AVForums Movies Podcast: Tom Clancy’s Without Remorse – How do you turn a book into a good movie?

Phil Hinton

Editor
Staff member
This month we watch the new Tom Clancy political intrigue thriller from Amazon, Without Remorse and discuss exactly what makes a good adaptation from page to screen. We also find out your opinions on the best and worst examples of films based on books. PLUS a podcast exclusive competition.

00:00:00 - Start
00:00:25 - Welcome & catchup
00:06:55 - Competitions
00:09:58 - Tom Clancy's Without Remorse deep dive review
00:37:55 - Best and worst book adaptations
01:03:39 - Coming soon recommendations
01:14:40 - Podcast competition (ends May 19, 2021)

Presented by Tom Davies with Cas Harlow and Simon Crust

These links will be live following the live stream on Tuesday evening

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Evinger

Distinguished Member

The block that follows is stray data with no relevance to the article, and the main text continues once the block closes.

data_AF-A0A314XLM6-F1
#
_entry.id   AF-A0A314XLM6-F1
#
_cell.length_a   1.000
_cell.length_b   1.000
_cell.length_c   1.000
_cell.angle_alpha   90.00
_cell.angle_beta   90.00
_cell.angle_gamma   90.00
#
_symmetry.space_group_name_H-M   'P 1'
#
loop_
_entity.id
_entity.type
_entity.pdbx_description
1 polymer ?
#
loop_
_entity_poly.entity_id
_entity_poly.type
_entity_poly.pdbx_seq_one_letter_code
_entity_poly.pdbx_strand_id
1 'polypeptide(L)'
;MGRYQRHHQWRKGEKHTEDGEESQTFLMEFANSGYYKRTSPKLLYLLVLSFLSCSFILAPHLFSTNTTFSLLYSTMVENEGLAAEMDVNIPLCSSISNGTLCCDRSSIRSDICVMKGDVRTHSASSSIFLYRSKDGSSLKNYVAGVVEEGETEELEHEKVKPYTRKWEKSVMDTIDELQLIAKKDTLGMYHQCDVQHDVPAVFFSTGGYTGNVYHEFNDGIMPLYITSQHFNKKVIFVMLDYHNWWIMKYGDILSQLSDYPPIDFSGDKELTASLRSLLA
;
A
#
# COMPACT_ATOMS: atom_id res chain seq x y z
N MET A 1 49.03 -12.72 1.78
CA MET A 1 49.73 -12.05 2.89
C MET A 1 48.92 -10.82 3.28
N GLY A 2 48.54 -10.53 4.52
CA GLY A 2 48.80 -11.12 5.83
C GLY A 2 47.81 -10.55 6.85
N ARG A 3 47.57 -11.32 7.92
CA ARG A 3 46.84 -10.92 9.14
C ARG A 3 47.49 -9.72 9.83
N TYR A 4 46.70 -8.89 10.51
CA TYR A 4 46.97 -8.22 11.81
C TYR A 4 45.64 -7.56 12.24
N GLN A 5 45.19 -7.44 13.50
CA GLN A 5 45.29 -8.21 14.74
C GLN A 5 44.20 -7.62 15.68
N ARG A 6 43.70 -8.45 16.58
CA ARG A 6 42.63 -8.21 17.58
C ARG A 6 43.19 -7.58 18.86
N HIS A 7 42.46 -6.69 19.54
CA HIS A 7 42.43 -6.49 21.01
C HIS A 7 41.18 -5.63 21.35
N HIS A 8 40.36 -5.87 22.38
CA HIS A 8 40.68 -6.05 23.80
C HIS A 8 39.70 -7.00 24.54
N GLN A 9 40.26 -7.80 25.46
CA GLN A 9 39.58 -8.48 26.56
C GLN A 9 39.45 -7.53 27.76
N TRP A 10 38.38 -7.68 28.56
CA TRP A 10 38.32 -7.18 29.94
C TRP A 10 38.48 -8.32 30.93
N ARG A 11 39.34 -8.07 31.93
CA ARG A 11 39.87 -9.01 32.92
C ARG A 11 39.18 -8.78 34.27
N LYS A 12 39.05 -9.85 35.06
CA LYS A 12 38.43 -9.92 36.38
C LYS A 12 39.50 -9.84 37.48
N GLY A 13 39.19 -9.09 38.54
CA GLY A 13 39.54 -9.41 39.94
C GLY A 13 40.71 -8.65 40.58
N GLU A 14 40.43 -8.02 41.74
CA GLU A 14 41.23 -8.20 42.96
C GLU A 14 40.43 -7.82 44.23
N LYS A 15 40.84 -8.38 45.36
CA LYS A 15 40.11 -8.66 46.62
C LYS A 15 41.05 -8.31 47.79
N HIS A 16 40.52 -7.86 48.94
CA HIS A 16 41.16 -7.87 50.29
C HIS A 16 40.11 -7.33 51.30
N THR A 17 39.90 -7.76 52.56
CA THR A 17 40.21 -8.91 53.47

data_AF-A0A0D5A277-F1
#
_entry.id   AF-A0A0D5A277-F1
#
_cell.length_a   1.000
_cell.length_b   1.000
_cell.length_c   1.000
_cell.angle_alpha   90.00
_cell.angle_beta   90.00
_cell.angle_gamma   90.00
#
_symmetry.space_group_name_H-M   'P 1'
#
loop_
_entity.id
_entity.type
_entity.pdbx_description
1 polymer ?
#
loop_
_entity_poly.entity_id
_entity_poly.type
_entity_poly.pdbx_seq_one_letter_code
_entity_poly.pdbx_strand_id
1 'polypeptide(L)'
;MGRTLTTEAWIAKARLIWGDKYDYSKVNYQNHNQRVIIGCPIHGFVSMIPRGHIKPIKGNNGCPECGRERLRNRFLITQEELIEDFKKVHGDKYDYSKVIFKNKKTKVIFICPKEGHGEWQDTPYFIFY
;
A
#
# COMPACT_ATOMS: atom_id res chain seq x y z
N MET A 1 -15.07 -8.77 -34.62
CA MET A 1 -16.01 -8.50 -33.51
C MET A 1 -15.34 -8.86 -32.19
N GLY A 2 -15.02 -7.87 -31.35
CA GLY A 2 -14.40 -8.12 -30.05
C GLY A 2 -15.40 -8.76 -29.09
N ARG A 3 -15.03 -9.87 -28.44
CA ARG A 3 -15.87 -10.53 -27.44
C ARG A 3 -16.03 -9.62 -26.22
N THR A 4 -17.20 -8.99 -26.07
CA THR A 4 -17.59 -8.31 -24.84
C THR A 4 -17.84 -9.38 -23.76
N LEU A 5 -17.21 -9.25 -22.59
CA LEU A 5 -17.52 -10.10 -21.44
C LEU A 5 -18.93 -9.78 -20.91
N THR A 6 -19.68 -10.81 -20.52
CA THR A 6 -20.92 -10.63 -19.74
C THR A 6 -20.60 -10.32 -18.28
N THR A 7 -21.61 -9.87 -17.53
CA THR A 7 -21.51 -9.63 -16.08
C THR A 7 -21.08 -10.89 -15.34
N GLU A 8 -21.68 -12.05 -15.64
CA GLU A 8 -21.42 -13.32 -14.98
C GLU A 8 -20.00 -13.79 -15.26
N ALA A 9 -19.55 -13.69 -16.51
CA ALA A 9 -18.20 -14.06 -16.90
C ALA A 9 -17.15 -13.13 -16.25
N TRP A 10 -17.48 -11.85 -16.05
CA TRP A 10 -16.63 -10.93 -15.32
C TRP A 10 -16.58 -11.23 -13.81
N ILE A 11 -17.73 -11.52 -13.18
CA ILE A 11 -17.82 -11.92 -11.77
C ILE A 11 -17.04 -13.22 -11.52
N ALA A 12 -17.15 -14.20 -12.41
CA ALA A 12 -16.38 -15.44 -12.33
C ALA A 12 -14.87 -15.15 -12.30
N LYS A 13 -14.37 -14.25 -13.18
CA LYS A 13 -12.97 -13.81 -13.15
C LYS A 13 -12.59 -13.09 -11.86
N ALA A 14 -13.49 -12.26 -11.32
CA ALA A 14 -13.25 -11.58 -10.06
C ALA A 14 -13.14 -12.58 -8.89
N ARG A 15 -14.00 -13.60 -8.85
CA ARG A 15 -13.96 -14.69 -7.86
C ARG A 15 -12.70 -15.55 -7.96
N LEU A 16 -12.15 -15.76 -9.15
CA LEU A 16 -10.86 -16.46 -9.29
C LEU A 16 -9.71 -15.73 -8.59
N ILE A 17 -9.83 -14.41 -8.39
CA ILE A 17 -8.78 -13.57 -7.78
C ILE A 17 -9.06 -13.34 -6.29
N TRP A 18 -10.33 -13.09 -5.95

Thanks again Guys. Really enjoyed this & was happy to watch & Listen Live for once!
 

Makemebad1978

Active Member
I quite enjoyed Without Remorse, though i know absolutely nothing about Tom Clancy and never read any of the books
 

Jessica Noir

Well-known Member
Great show chaps. On the subject of adaptations, the run of nineties Elmore Leonard films were incredible. Scott Frank's scripts for Get Shorty and Out of Sight and Tarantino's Jackie Brown (all produced through Danny DeVtio's Jersey Films) were an absolute masterclass in persevering the characters and dialogue but streamlining the plot so that it can fit into the two hour runtime with a three act structure.

LA Confidential is another great example because, as James Elroy likes to say, the novel was unadaptable. Using only the characters and the two thin threads of plot (the Night Owl Massacre and Bloody Christmas), Helgeland and Hanson were able to distill the spirit of Elroy's world, but still satisfying the audience. If they stuck with the novel's ending there would be a riot.
 

Tom Davies

Editorial Contributor